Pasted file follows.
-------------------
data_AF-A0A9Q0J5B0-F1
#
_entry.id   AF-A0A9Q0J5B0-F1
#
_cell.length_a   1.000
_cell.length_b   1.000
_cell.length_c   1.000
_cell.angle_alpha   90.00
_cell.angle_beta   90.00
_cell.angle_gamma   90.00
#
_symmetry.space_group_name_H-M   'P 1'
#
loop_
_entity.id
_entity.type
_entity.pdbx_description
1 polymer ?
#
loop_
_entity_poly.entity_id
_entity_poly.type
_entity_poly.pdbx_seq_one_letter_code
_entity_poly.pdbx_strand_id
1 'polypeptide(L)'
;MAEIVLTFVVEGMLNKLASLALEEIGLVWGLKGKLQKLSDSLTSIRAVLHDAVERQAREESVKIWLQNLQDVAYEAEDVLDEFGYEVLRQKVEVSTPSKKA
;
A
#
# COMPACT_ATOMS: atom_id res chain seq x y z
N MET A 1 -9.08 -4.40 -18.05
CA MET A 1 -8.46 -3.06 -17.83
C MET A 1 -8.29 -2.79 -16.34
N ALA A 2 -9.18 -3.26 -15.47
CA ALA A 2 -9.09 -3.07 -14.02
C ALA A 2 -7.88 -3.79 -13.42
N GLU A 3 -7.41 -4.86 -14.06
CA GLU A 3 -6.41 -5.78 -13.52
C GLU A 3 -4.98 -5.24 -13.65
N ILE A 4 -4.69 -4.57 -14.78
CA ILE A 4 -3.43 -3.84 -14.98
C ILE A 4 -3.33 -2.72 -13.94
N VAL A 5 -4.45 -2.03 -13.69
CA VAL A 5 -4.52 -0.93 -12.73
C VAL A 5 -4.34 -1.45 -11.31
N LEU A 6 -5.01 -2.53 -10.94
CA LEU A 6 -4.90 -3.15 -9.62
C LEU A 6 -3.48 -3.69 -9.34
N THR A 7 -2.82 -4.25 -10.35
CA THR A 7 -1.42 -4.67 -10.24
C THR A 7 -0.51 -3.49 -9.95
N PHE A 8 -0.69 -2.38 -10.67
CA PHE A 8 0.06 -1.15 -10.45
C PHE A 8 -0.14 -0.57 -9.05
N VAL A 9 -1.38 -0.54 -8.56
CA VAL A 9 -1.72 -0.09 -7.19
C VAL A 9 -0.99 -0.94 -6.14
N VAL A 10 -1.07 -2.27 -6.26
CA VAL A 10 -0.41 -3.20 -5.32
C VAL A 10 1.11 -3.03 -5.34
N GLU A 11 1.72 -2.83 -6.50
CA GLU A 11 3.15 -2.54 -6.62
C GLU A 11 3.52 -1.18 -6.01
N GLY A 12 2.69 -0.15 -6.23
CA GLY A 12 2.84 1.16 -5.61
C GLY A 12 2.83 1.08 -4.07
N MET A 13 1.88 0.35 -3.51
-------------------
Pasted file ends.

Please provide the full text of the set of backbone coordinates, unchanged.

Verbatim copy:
data_AF-A0A9Q0J5B0-F1
#
_entry.id   AF-A0A9Q0J5B0-F1
#
_cell.length_a   1.000
_cell.length_b   1.000
_cell.length_c   1.000
_cell.angle_alpha   90.00
_cell.angle_beta   90.00
_cell.angle_gamma   90.00
#
_symmetry.space_group_name_H-M   'P 1'
#
loop_
_entity.id
_entity.type
_entity.pdbx_description
1 polymer ?
#
loop_
_entity_poly.entity_id
_entity_poly.type
_entity_poly.pdbx_seq_one_letter_code
_entity_poly.pdbx_strand_id
1 'polypeptide(L)'
;MAEIVLTFVVEGMLNKLASLALEEIGLVWGLKGKLQKLSDSLTSIRAVLHDAVERQAREESVKIWLQNLQDVAYEAEDVLDEFGYEVLRQKVEVSTPSKKA
;
A
#
# COMPACT_ATOMS: atom_id res chain seq x y z
N MET A 1 -9.08 -4.40 -18.05
CA MET A 1 -8.46 -3.06 -17.83
C MET A 1 -8.29 -2.79 -16.34
N ALA A 2 -9.18 -3.26 -15.47
CA ALA A 2 -9.09 -3.07 -14.02
C ALA A 2 -7.88 -3.79 -13.42
N GLU A 3 -7.41 -4.86 -14.06
CA GLU A 3 -6.41 -5.78 -13.52
C GLU A 3 -4.98 -5.24 -13.65
N ILE A 4 -4.69 -4.57 -14.78
CA ILE A 4 -3.43 -3.84 -14.98
C ILE A 4 -3.33 -2.72 -13.94
N VAL A 5 -4.45 -2.03 -13.69
CA VAL A 5 -4.52 -0.93 -12.73
C VAL A 5 -4.34 -1.45 -11.31
N LEU A 6 -5.01 -2.53 -10.94
CA LEU A 6 -4.90 -3.15 -9.62
C LEU A 6 -3.48 -3.69 -9.34
N THR A 7 -2.82 -4.25 -10.35
CA THR A 7 -1.42 -4.67 -10.24
C THR A 7 -0.51 -3.49 -9.95
N PHE A 8 -0.69 -2.38 -10.67
CA PHE A 8 0.06 -1.15 -10.45
C PHE A 8 -0.14 -0.57 -9.05
N VAL A 9 -1.38 -0.54 -8.56
CA VAL A 9 -1.72 -0.09 -7.19
C VAL A 9 -0.99 -0.94 -6.14
N VAL A 10 -1.07 -2.27 -6.26
CA VAL A 10 -0.41 -3.20 -5.32
C VAL A 10 1.11 -3.03 -5.34
N GLU A 11 1.72 -2.83 -6.50
CA GLU A 11 3.15 -2.54 -6.62
C GLU A 11 3.52 -1.18 -6.01
N GLY A 12 2.69 -0.15 -6.23
CA GLY A 12 2.84 1.16 -5.61
C GLY A 12 2.83 1.08 -4.07
N MET A 13 1.88 0.35 -3.51